“Do you think I should get this camera?”
I turned to the young woman standing next to me. I didn’t know her, but she’d obviously seen the large-ish camera hanging over my shoulder and assumed I knew something about photography. We were in front of a ramshackle booth at the Wentzville Flea Market on Sunday morning scrounging through a table of various old and older cameras. She’d picked up an old digital point and shoot and wanted to know if I thought it was right for her.
I get asked this question quite a lot, sometimes by friends and clients who know I’m a professional photographer, sometimes by strangers who see me with a big camera. “Should I get this one or that one?” Or the old standby, “Which one has the most megapixels?”
Here are a few things to look for when considering a camera, new or used. Used cameras have a couple additional considerations.
Want prints up to 8×10 inches, 5 megapixels is more than enough. Want prints up to 13×19 inches, 7-8 megapixels is about perfect. Want to clog up your hard drive or have noisy images, then go for as many pixels as you can possibly cram into a tiny sensor.
Don’t be mislead into thinking that you need 10 or more megapixels just to make that 4×6 inch print for your scrapbook or photo album. If the largest print you can ever honestly see yourself making is 13×19 inches (which is pretty big) then you DO NOT need more than about 7 to 8 megapixels. I’ve personally made detailed prints this large from my old (2004 vintage) Sony Cybershot V-3 with 7 megapixels, and I’m very picky about the quality of my prints.
2- Control of the Camera.
I always suggest getting a camera that gives you as much control as possible. Even if you’re currently on “auto” mode, it allows you to experiment and grow when you’re ready. These cameras are easy to spot. If the camera has a dial on the top or back with “M, A, S, and P” (among the little mode icons) printed on it, then it’s going to give you the option of adjusting the aperture, shutter speed and other shooting parameters.
Make sure the lens is an optical zoom, which actually moves the glass elements around to increase the focal length. It is usually indicated on the front of the lens barrel with text such as “3x optical zoom.” Typical zoom ranges go from 3x to a whopping 20x. For everyday snaps of friends and family, 3x is usually just fine, but if you want a super long lens so that you can capture small details from far away, look for a larger number like 8x or more.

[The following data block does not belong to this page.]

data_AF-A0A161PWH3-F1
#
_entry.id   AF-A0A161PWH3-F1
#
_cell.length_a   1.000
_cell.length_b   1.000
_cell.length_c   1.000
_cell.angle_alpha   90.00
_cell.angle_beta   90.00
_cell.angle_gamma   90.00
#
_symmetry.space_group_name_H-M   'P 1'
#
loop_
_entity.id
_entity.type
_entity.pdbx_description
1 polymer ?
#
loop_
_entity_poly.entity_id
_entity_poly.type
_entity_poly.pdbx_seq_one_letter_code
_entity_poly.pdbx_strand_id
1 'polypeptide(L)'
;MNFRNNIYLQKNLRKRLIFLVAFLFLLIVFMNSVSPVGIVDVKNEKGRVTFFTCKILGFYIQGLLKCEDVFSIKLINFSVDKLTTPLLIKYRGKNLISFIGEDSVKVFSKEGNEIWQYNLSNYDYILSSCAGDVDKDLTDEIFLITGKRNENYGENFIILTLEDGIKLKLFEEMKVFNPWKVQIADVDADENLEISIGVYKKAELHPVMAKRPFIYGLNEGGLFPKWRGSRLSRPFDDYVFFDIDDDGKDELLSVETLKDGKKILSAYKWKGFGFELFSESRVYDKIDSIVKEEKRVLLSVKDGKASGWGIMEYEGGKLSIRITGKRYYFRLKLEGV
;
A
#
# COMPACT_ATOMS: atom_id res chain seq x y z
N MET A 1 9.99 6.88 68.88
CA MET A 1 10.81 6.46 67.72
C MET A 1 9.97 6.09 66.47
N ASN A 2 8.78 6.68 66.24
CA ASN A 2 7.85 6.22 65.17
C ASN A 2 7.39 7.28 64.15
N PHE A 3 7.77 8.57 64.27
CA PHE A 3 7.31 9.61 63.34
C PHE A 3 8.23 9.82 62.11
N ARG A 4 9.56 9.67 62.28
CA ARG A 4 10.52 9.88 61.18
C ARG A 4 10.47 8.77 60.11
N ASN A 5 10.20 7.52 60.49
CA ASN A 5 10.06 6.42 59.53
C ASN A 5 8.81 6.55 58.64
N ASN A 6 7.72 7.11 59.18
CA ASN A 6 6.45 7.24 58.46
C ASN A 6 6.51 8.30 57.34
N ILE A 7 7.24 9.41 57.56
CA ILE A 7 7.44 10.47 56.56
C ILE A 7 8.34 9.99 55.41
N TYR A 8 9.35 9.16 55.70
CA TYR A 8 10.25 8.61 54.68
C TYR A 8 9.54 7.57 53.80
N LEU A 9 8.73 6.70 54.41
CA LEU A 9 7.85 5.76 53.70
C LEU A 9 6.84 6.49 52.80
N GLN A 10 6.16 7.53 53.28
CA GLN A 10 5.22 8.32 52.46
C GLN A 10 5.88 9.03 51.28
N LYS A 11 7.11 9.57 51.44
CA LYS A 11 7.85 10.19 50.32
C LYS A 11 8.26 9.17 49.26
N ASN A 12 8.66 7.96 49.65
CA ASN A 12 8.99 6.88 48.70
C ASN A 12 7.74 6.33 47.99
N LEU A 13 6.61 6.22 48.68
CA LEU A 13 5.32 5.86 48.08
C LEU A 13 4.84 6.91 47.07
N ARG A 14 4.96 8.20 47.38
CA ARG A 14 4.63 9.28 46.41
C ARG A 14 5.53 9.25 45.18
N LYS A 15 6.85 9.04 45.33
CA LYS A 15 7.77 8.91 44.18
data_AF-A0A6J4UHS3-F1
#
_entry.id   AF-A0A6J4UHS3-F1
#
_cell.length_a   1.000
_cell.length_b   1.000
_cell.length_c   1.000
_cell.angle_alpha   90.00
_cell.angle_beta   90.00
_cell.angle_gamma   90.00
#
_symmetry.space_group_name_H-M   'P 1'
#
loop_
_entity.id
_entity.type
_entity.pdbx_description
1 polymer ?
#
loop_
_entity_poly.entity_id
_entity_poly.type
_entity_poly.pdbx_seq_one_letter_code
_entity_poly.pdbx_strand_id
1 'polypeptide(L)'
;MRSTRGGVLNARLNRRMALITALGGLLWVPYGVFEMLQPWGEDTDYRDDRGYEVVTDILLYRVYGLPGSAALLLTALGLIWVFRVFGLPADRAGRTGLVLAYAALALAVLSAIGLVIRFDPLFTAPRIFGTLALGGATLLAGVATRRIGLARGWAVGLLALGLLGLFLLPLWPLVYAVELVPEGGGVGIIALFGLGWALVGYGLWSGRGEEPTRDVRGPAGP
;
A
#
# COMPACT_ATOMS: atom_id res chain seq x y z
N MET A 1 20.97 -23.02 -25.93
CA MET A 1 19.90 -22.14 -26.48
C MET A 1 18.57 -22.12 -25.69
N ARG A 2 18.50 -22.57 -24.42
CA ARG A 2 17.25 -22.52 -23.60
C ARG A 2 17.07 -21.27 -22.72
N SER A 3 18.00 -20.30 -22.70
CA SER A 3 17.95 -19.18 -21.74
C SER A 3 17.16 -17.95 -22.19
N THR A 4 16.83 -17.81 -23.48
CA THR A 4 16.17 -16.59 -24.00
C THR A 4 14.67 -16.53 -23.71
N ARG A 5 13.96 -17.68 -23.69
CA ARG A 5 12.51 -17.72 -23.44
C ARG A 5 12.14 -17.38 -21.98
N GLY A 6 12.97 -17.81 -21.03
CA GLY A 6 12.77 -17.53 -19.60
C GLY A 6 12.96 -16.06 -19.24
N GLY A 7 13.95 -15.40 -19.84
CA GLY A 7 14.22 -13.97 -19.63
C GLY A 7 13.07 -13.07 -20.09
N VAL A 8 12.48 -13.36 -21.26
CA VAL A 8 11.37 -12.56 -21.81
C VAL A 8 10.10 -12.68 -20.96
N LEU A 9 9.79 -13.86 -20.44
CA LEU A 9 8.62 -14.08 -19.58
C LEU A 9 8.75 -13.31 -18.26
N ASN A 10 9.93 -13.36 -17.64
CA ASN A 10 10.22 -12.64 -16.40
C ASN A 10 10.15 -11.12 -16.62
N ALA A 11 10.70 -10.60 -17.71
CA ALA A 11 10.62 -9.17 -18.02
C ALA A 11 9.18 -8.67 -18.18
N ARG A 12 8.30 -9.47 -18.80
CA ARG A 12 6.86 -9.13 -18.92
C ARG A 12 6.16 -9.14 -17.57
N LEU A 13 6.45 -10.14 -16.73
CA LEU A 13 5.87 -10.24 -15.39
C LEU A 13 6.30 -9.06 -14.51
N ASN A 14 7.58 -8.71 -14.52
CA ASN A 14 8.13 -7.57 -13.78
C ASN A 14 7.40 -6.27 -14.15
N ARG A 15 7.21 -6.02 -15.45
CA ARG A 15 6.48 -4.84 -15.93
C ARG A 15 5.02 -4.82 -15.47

Lens speed is also something to look for. Speed refers to the light gathering ability of the lens and is expressed as an “f-number.” Most compact cameras will have a lens speed of f/3.5 – f/5.6 printed on the front. This is a pretty typical range. The lower the f-number, the more light gathering ability a lens has and the better photos you’ll get in dark conditions.
4- Included Accessories.
Certainly this applies more to a used camera than a new one. Is it a body only, or are the instruction book, software and various cables included? If not, the price should be considerably lower to reflect this omission.
Does it include a memory card? More often than not, it won’t, so make sure you already have or intend to pick up a compatible card. The most common are SD (Secure Digital) or Compact Flash on a somewhat older camera. Some manufacturers like to use their own card type, however, and that can be an important factor if you already have a stack of SD or Compact Flash cards lying around. Sony likes to use their Memory Stick/Memory Stick Pro and Olympus has a love affair with their XD card type.
And don’t forget batteries. Often a camera will use standard AA batteries, but some use a proprietary battery that can be expensive and hard to find. Make sure the battery is included and that it can hold a charge. Frankly, if there is no battery at all and you can’t even power it up to see if it works before buying, I’d avoid the purchase altogether.
5- Overall Condition.
Does the camera look new, or does it look as though it was used as a door stop in a nightclub? Some wear is normal, but obviously the better the condition, the less it was used or the more careful the previous owner was with it.
6- Some Questions to Ask the Seller.
It pays to be prudent. Obviously you’ll want to be more careful at a flea market or with an unknown individual than at a reputable camera store.
“Why are you selling?” If the answer is, “Cause it don’t work no more,” move on.
“Where did you get his camera?” This is more for flea markets or anyone selling you a camera out of the trunk of his/her car. You don’t want to buy a stolen camera. (I am NOT implying that flea market vendors are dishonest, but it is a valid question.)
“Is everything included?” See #4 above.
Also, be sure to power on the camera, make sure the lens extends and retracts, the LCD screen works and that it can actually take an in-focus picture. Zoom in on the photo on the screen to make sure the focus is accurate.
Finally, does it feel good in your hand? If it is uncomfortable to hold, you won’t be very inspired to make many photos.
I’ve had good experiences buying used equipment. I’ve also learned the hard way what to look for and avoid. But, don’t be afraid to check out the used section of your local camera store, you might find a gem at a really good price.